Bible Verse Explanations and Resources


Romans 3:5

Adam Clarke
Bible Commentary

Jew. But if our unrighteousness commend the righteousness of God - May we not suppose that our unrighteousness may serve to commend and illustrate the mercy of God in keeping and fulfilling to us the promise which he made to our forefathers? The more wicked we are, the more his faithfulness to his ancient promise is to be admired. And if so, would not God appear unjust in taking vengeance and casting us off?

I speak as a man - I feel for the situation both of myself and my countrymen, and it is natural for one to speak as I do.

Albert Barnes
Notes on the Whole Bible

But if our unrighteousness - If our sin. The particular sin which had been specified Romans 3:3 was “unbelief.” But the apostle here gives the objection a general form. This is to be regarded as an objection which a Jew might make. The force of it is this:

(1)It had been conceded that some had not believed; that is, had sinned.

(2)but God was true to his promises. Notwithstanding their sin, God‘s character was the same. Nay,

(3)In the very midst of sin, and as one of the results of it, the character of God, as a just Being, shone out illustriously. The question then was,

(4)If his glory resulted from it; if the effect of all was to show that his character was pure; how could he punish that sin from which his own glory resulted? And this is a question which is often asked by sinners.

Commend - Recommend; show forth; render illustrious.

The righteousness of God - His just and holy character. This was the effect on David‘s mind, that he saw more clearly the justice of God in his threatenings against sin, in consequence of his own transgression. And if this effect followed, if honor was thus done to God, the question was, how he could consistently punish what tended to promote his own glory?

What shall we say? - What follows? or, what is the inference? This is a mode of speech as if the objector hesitated about expressing an inference which would seem to follow, but which was horrible in its character.

Is God unrighteous? - The meaning of this would be better expressed thus: “Is “not” God unrighteous in punishing? Does it not follow that if God is honored by sin, that it would be wrong for him to inflict punishment?”

Who taketh vengeance - The meaning of this is simply, “who inflicts punishment.” The idea of vengeance is not necessarily in the original ὀργήν orgēnIt is commonly rendered “wrath,” but it often means simply “punishment,” without any reference to the state of the mind of him who inflicts it, Matthew 3:7; Luke 3:7; Luke 21:23; John 3:36. Notes, Romans 1:18; Romans 4:15.

I speak as a man - I speak after the manner of human beings. I speak as appears to be the case to human view; or as would strike the human mind. It does not mean that the language was such as wicked people were accustomed to use; but that the objector expressed a sentiment which to human view would seem to follow from what had been said. This I regard as the language of an objector. It implies a degree of reverence for the character of God, and a seeming unwillingness to state an objection which seemed to be dishonorable to God, but which nevertheless pressed itself so strong on the mind as to appear irresistible. No way of stating the objection could have been more artful or impressive.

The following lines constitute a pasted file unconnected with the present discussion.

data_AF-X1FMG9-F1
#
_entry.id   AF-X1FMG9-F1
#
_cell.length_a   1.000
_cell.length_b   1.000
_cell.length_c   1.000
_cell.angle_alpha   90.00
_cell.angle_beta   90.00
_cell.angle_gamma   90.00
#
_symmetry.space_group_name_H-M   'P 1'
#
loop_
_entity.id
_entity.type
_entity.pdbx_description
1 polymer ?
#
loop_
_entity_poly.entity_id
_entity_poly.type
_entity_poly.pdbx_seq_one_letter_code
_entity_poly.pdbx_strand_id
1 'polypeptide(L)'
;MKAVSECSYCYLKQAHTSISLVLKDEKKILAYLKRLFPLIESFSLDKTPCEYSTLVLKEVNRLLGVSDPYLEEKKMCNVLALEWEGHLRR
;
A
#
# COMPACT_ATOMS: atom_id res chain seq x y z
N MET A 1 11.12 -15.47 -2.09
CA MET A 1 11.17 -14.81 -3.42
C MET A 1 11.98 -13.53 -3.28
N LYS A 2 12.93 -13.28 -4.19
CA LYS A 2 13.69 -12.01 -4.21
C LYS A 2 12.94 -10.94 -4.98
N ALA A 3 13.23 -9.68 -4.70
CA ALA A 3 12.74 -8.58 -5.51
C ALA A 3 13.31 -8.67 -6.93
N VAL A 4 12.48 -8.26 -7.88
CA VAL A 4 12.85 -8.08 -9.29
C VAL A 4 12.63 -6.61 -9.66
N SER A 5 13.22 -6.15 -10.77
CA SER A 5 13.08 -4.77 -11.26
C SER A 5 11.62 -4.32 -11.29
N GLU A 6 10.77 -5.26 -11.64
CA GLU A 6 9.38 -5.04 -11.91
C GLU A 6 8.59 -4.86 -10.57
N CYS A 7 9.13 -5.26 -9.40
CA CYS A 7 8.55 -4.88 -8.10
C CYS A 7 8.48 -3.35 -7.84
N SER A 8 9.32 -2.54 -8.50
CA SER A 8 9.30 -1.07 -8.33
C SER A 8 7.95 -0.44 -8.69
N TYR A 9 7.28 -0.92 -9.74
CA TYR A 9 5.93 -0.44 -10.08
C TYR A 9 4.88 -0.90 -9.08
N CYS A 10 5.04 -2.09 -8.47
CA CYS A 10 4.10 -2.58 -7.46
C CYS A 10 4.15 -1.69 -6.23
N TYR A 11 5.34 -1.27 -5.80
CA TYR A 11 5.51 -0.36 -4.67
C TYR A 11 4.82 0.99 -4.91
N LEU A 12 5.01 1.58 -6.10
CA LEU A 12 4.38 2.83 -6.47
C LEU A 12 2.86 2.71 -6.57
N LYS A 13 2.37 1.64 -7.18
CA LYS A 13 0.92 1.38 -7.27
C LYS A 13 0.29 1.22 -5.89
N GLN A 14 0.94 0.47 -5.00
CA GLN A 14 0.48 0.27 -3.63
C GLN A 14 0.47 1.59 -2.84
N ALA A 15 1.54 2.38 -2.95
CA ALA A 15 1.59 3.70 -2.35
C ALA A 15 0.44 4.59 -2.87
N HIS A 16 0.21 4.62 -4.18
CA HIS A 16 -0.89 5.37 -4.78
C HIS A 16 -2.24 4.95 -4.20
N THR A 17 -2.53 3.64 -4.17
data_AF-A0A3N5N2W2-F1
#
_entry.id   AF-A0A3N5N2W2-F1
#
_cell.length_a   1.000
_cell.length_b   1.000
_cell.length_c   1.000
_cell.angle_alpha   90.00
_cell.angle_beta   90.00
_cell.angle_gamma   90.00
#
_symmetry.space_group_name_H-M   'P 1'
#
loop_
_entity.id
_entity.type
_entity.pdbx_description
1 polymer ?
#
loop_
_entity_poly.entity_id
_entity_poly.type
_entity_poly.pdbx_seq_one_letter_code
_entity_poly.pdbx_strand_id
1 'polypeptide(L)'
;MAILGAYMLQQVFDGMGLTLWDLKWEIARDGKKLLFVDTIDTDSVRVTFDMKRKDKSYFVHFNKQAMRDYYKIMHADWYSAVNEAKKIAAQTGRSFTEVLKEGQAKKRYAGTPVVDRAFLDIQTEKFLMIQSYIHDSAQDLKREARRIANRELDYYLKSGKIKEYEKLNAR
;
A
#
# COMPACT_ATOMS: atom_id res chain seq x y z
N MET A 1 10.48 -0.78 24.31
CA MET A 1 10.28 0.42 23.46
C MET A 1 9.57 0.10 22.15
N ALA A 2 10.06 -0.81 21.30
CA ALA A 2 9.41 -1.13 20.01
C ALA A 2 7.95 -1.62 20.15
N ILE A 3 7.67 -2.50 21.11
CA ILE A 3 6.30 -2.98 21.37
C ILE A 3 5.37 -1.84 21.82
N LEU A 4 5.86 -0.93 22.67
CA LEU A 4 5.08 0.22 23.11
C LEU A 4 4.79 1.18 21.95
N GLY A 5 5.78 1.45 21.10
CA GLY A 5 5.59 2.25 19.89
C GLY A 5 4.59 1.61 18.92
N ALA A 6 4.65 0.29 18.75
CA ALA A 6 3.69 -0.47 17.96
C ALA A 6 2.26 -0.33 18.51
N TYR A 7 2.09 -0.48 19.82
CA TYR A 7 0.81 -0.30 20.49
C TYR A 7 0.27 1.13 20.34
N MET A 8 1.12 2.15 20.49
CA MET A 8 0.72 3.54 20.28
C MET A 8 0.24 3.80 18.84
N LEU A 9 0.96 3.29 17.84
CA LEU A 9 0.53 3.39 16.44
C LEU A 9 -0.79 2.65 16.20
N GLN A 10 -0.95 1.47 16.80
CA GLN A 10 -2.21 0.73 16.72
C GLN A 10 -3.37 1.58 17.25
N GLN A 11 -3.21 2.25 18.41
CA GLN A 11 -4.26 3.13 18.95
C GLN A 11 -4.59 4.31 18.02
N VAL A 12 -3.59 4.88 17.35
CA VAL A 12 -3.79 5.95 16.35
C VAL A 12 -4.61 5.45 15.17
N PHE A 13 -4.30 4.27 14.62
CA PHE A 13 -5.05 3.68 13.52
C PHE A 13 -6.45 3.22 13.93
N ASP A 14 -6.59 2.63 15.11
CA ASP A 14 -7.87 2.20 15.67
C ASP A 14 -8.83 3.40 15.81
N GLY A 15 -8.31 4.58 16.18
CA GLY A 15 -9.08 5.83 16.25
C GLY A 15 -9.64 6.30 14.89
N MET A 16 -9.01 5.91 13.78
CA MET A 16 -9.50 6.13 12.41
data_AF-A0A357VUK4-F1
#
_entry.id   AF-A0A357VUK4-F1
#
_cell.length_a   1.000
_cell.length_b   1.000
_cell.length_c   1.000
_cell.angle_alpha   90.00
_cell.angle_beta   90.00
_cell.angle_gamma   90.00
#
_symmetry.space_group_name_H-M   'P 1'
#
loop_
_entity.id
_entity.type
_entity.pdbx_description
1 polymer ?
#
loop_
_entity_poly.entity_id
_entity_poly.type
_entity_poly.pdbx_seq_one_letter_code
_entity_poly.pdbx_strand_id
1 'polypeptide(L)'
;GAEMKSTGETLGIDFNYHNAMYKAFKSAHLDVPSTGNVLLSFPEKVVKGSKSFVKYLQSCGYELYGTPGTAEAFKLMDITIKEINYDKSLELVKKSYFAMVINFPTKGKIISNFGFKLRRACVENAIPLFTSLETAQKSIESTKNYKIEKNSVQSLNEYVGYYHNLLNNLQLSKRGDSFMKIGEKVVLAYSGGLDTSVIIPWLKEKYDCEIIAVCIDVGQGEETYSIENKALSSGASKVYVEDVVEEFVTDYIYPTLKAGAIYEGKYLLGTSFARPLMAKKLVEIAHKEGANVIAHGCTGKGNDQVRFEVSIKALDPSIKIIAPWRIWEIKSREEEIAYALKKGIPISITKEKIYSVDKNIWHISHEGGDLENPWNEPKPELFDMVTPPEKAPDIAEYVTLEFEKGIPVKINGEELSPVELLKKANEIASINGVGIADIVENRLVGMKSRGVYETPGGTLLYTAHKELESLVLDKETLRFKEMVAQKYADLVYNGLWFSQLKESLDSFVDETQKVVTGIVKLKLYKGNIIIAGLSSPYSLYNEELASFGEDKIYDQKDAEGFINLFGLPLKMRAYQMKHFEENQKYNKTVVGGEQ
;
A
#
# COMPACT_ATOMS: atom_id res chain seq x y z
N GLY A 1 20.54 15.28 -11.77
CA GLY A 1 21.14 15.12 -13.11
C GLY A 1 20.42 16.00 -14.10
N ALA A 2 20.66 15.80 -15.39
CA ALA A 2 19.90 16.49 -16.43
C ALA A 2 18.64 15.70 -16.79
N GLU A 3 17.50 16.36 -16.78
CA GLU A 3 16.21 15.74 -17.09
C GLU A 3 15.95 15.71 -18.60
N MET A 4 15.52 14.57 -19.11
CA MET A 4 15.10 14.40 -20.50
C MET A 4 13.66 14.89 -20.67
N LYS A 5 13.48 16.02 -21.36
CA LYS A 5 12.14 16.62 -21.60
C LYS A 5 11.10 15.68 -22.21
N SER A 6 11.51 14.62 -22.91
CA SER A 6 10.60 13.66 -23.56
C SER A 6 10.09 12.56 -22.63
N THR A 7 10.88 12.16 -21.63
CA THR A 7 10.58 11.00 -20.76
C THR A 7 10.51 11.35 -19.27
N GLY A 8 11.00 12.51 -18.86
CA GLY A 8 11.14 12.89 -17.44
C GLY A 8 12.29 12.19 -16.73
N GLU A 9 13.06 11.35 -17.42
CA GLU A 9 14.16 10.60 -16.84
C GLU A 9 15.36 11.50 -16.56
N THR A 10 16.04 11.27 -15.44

Matthew Henry
Concise Bible Commentary
The law could not save in or from sins, yet it gave the Jews advantages for obtaining salvation. Their stated ordinances, education in the knowledge of the true God and his service, and many favours shown to the children of Abraham, all were means of grace, and doubtless were made useful to the conversion of many. But especially the Scriptures were committed to them. Enjoyment of God's word and ordinances, is the chief happiness of a people. But God's promises are made only to believers; therefore the unbelief of some, or of many professors, cannot make this faithfulness of no effect. He will fulfil his promises to his people, and bring his threatened vengeance upon unbelievers. God's judging the world, should for ever silence all doubtings and reflections upon his justice. The wickedness and obstinate unbelief of the Jews, proved man's need of the righteousness of God by faith, and also his justice in punishing for sin. Let us do evil, that good may come, is oftener in the heart than in the mouth of sinners; for few thus justify themselves in their wicked ways. The believer knows that duty belongs to him, and events to God; and that he must not commit any sin, or speak one falsehood, upon the hope, or even assurance, that God may thereby glorify himself. If any speak and act thus, their condemnation is just.